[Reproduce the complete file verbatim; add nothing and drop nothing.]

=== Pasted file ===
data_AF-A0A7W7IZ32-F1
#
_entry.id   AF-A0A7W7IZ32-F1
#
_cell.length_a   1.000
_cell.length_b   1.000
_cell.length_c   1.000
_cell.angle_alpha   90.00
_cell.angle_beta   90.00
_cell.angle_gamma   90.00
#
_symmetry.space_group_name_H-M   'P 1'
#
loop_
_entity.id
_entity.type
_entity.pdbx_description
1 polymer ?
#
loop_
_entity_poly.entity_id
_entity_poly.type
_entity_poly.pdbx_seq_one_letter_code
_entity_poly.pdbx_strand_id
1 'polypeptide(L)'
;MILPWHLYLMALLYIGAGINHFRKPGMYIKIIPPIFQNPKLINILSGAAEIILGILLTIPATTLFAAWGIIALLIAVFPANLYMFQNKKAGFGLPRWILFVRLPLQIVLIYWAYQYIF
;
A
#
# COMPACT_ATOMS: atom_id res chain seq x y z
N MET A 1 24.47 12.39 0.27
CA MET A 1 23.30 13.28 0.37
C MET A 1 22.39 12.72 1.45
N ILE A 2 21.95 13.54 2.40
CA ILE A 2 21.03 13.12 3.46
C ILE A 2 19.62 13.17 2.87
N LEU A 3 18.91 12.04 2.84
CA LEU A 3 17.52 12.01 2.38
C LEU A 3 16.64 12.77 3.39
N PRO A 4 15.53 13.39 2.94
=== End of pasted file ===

data_AF-A0A7W7IZ32-F1
#
_entry.id   AF-A0A7W7IZ32-F1
#
_cell.length_a   1.000
_cell.length_b   1.000
_cell.length_c   1.000
_cell.angle_alpha   90.00
_cell.angle_beta   90.00
_cell.angle_gamma   90.00
#
_symmetry.space_group_name_H-M   'P 1'
#
loop_
_entity.id
_entity.type
_entity.pdbx_description
1 polymer ?
#
loop_
_entity_poly.entity_id
_entity_poly.type
_entity_poly.pdbx_seq_one_letter_code
_entity_poly.pdbx_strand_id
1 'polypeptide(L)'
;MILPWHLYLMALLYIGAGINHFRKPGMYIKIIPPIFQNPKLINILSGAAEIILGILLTIPATTLFAAWGIIALLIAVFPANLYMFQNKKAGFGLPRWILFVRLPLQIVLIYWAYQYIF
;
A
#
# COMPACT_ATOMS: atom_id res chain seq x y z
N MET A 1 24.47 12.39 0.27
CA MET A 1 23.30 13.28 0.37
C MET A 1 22.39 12.72 1.45
N ILE A 2 21.95 13.54 2.40
CA ILE A 2 21.03 13.12 3.46
C ILE A 2 19.62 13.17 2.87
N LEU A 3 18.91 12.04 2.84
CA LEU A 3 17.52 12.01 2.38
C LEU A 3 16.64 12.77 3.39
N PRO A 4 15.53 13.39 2.94